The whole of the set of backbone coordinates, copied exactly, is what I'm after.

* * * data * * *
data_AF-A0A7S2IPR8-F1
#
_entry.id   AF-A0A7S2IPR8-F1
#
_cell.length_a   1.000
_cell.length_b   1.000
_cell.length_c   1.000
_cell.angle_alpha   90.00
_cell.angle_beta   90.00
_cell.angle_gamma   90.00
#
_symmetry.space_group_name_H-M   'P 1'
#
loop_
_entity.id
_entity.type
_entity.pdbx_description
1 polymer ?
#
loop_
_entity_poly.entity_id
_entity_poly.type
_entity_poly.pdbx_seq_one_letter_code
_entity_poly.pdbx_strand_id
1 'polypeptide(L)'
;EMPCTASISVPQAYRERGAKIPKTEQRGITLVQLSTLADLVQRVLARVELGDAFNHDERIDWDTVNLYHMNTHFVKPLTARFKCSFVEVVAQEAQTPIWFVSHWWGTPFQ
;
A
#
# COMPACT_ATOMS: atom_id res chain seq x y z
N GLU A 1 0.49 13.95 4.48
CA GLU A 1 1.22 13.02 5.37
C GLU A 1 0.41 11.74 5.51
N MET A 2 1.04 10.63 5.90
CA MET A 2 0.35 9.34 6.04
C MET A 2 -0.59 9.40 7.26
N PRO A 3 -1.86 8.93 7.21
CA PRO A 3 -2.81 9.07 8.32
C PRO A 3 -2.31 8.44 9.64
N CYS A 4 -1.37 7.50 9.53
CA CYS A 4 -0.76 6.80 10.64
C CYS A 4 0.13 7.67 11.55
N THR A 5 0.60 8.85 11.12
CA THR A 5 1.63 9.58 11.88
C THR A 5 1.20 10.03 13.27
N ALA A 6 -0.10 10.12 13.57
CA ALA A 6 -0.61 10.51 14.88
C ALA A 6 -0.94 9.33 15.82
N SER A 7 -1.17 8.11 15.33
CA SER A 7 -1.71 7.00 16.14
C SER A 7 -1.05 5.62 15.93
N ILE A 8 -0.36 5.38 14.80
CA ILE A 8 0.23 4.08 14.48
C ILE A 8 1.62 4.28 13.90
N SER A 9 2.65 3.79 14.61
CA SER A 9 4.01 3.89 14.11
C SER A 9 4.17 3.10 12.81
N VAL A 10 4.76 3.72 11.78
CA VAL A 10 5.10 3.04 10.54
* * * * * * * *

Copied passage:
data_AF-A0A7S2IPR8-F1
#
_entry.id   AF-A0A7S2IPR8-F1
#
_cell.length_a   1.000
_cell.length_b   1.000
_cell.length_c   1.000
_cell.angle_alpha   90.00
_cell.angle_beta   90.00
_cell.angle_gamma   90.00
#
_symmetry.space_group_name_H-M   'P 1'
#
loop_
_entity.id
_entity.type
_entity.pdbx_description
1 polymer ?
#
loop_
_entity_poly.entity_id
_entity_poly.type
_entity_poly.pdbx_seq_one_letter_code
_entity_poly.pdbx_strand_id
1 'polypeptide(L)'
;EMPCTASISVPQAYRERGAKIPKTEQRGITLVQLSTLADLVQRVLARVELGDAFNHDERIDWDTVNLYHMNTHFVKPLTARFKCSFVEVVAQEAQTPIWFVSHWWGTPFQ
;
A
#
# COMPACT_ATOMS: atom_id res chain seq x y z
N GLU A 1 0.49 13.95 4.48
CA GLU A 1 1.22 13.02 5.37
C GLU A 1 0.41 11.74 5.51
N MET A 2 1.04 10.63 5.90
CA MET A 2 0.35 9.34 6.04
C MET A 2 -0.59 9.40 7.26
N PRO A 3 -1.86 8.93 7.21
CA PRO A 3 -2.81 9.07 8.32
C PRO A 3 -2.31 8.44 9.64
N CYS A 4 -1.37 7.50 9.53
CA CYS A 4 -0.76 6.80 10.64
C CYS A 4 0.13 7.67 11.55
N THR A 5 0.60 8.85 11.12
CA THR A 5 1.63 9.58 11.88
C THR A 5 1.20 10.03 13.27
N ALA A 6 -0.10 10.12 13.57
CA ALA A 6 -0.61 10.51 14.88
C ALA A 6 -0.94 9.33 15.82
N SER A 7 -1.17 8.11 15.33
CA SER A 7 -1.71 7.00 16.14
C SER A 7 -1.05 5.62 15.93
N ILE A 8 -0.36 5.38 14.80
CA ILE A 8 0.23 4.08 14.48
C ILE A 8 1.62 4.28 13.90
N SER A 9 2.65 3.79 14.61
CA SER A 9 4.01 3.89 14.11
C SER A 9 4.17 3.10 12.81
N VAL A 10 4.76 3.72 11.78
CA VAL A 10 5.10 3.04 10.54